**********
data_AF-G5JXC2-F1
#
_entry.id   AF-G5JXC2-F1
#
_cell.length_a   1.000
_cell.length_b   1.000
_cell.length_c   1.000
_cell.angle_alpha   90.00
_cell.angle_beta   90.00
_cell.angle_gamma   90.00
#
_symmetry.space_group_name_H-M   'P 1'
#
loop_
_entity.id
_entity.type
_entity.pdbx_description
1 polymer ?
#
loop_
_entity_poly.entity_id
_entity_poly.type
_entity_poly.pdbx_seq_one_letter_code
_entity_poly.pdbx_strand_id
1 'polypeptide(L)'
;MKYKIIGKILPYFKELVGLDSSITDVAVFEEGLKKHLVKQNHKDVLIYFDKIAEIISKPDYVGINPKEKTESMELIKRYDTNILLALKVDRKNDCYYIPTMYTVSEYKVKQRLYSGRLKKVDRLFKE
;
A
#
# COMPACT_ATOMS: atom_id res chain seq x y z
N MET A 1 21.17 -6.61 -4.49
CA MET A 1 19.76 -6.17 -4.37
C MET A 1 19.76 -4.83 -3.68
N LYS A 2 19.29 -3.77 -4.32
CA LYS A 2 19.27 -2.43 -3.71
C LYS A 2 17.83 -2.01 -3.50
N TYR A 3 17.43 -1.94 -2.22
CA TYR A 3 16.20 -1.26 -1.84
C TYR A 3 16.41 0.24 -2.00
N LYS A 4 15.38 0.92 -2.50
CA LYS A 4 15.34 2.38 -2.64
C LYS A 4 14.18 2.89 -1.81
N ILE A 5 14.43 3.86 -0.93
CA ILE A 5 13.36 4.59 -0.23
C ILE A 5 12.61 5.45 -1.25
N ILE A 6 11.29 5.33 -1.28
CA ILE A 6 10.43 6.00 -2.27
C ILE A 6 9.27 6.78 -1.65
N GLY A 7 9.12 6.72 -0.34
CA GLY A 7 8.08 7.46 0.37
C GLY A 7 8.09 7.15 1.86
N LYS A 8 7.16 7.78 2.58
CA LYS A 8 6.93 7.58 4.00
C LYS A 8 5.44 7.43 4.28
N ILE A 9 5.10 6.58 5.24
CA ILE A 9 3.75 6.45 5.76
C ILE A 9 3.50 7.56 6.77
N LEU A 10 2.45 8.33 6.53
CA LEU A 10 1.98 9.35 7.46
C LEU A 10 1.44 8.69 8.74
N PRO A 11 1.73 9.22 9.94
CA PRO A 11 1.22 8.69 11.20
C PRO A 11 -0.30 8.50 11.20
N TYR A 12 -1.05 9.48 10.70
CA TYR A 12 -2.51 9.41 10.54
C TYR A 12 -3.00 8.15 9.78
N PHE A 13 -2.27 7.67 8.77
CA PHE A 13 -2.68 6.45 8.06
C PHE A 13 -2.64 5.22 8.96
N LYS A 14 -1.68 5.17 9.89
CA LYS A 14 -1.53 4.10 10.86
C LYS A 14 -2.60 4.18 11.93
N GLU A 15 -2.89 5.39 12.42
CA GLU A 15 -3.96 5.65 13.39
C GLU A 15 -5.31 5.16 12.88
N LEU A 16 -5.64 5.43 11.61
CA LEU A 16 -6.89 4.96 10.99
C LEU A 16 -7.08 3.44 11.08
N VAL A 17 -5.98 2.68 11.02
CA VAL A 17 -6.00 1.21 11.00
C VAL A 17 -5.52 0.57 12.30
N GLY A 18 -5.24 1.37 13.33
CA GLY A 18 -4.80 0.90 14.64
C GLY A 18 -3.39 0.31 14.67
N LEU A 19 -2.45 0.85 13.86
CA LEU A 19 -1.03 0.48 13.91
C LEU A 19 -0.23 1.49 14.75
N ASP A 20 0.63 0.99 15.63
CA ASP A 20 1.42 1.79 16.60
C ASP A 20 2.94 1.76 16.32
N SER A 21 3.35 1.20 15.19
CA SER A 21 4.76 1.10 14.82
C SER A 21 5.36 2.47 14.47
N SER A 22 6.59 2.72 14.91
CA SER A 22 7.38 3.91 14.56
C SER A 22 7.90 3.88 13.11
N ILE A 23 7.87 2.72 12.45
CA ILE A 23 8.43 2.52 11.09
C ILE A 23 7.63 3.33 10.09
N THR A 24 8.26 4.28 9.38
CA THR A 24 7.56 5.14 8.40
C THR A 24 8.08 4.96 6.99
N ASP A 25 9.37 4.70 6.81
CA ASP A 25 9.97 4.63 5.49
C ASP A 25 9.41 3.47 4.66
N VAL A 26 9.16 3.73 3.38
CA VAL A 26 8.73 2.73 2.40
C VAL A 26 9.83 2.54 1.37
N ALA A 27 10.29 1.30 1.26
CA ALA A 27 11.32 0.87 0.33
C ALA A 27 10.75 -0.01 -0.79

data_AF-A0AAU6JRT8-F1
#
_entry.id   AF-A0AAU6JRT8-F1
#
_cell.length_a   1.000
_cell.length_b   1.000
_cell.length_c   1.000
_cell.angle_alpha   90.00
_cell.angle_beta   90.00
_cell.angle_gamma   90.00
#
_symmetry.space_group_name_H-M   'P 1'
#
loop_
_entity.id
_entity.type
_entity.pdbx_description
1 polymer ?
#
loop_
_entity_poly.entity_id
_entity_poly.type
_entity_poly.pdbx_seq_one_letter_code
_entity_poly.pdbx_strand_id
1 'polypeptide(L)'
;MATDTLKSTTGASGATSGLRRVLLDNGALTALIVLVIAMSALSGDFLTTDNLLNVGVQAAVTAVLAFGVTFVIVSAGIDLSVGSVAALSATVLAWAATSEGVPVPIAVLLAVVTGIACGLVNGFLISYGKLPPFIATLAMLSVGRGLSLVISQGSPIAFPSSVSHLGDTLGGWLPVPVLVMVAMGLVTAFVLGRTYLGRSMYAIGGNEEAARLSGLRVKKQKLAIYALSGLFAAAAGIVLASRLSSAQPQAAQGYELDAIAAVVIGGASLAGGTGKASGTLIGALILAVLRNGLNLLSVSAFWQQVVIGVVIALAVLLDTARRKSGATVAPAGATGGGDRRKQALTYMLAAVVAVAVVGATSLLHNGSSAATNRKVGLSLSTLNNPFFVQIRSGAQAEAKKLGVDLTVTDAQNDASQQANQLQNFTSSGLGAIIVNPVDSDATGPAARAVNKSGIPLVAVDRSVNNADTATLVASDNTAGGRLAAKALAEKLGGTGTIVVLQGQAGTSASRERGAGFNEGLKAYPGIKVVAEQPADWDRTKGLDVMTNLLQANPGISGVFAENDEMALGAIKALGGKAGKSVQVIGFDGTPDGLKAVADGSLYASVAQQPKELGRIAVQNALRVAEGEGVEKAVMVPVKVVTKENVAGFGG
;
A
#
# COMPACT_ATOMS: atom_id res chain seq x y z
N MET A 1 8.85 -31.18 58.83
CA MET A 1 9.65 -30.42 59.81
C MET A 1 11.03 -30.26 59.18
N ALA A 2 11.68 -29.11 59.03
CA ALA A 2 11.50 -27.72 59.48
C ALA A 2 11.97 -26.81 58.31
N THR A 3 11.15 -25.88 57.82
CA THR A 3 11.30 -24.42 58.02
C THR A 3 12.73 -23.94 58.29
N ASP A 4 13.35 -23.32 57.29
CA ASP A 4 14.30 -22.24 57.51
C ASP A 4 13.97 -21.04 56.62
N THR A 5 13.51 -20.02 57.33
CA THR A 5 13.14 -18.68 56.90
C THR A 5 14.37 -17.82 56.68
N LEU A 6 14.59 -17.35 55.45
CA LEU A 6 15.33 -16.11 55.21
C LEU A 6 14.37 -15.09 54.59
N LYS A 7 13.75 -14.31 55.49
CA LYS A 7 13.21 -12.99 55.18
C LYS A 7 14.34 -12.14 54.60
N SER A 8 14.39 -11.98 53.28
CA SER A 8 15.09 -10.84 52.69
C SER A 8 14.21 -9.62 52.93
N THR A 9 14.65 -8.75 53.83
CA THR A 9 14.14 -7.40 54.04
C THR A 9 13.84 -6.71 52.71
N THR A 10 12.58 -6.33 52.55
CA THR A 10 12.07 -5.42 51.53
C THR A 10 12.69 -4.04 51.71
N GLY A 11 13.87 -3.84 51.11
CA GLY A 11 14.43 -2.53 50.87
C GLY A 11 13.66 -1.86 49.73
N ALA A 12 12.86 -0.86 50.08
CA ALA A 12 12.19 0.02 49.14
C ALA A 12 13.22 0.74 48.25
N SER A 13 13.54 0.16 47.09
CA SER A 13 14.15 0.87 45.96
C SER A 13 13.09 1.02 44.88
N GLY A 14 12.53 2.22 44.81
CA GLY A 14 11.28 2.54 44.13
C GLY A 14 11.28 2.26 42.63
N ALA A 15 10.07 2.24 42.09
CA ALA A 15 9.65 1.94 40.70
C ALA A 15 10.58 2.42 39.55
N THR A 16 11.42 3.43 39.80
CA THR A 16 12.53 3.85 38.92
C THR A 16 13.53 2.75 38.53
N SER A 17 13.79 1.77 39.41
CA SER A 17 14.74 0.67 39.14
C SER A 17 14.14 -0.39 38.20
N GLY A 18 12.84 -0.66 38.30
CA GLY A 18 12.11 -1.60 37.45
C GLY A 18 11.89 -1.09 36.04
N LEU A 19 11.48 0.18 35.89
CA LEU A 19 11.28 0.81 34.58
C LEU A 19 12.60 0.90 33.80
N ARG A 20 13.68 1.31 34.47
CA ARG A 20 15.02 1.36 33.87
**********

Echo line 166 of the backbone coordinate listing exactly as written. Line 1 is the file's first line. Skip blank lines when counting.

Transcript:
N THR A 9 14.65 -8.75 53.83